Italian archaeologists digging in a small Tuscan village have unearthed part of what they believe is a large and impressive ancient Roman mosaic.
The artwork lies in a private property next to a local road in the village Capraia e Limite.
One mosaic, dating to the second half of the 4th century AD, shows geometric patterns framed by floral motifs. The other, dating to the 5th century AD, boasts octagons decorated with animals, flowers and a human bust.
The large mosaic graced the floor of a luxurious Roman villa that stood in the Tuscan countryside for four centuries, from the 1st to the beginning of the 6th century AD.
Evidence of the villa was first found in 1983, when workers digging to build an orchard unearthed an inscription mentioning one of the owners of the complex. It read: Vettius Agorius Praetextatus, referring to one of the most famous pagan senators of the later 4th century AD.
In the beginning of the 6th century AD, the villa was completely abandoned and plundered of any material that could be recycled.
Luckily, the floor mosaics could not be removed.
Excavations in 2013 brought to light a stunning oval mosaic with a wild boar hunting scene which dates to the second half of the 4th century AD.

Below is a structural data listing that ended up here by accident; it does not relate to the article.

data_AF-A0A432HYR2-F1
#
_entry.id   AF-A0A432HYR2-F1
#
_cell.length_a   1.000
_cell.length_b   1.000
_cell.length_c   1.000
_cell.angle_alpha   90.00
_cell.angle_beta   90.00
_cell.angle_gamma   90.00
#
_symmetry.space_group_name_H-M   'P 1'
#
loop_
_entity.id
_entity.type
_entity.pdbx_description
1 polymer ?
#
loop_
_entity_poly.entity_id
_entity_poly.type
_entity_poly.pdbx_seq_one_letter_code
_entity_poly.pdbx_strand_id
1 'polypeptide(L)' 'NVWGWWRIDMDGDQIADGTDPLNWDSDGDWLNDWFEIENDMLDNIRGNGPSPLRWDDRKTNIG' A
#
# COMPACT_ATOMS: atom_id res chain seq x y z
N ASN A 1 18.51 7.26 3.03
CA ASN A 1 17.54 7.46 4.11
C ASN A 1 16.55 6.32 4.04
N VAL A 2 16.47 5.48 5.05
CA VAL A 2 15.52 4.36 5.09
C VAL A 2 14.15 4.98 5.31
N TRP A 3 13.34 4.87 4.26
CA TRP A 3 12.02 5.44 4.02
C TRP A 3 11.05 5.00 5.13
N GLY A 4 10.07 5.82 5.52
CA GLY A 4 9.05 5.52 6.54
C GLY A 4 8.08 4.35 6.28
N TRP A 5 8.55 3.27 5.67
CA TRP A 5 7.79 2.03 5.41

Because of legal issues and lack of funding, the mosaic was covered soon after its discovery in order to preserve it.
The finding prompted new investigations. Archaeologists Lorella Alderighi of the Archaeological Superintendency of Tuscany, and Federico Cantini of the University of Pisa, speculated the floor mosaic extends further. In fact, parts of two floor mosaics came to light.
The older mosaic consisted of geometric patterns framed by red decorations with acanthus and vine leaves in various shades of grey, blue and black.
The other mosaic, dating to the 5th century AD, displayed scenes with animals, flowers, geometric patterns framed by octagons.
At the center of one of the octagons is the bust of a man with a tunic and large eyes.
According to the archaeologists, the investigated portion of the villa had an hexagonal structure with rooms opening onto a central hall.
The archaeologists estimate the size of the floor mosaic to be about 300 square meters (984 square feet). They only have unearthed one-eighth of it.
Unfortunately, most of the mosaic lay beneath an industrial shed. Although the archaeologists believe the artwork is still intact, it's unlikely it will be brought to light in the near future.
The newly unearthed mosaics have been already covered for preservation -- like the mosaic with the hunting scene.
Alessandro Giunti, mayor of Capraia e Limite, said that at least one mosaic, the one featuring the wild boar hunting scene, will be restored and displayed in the near future.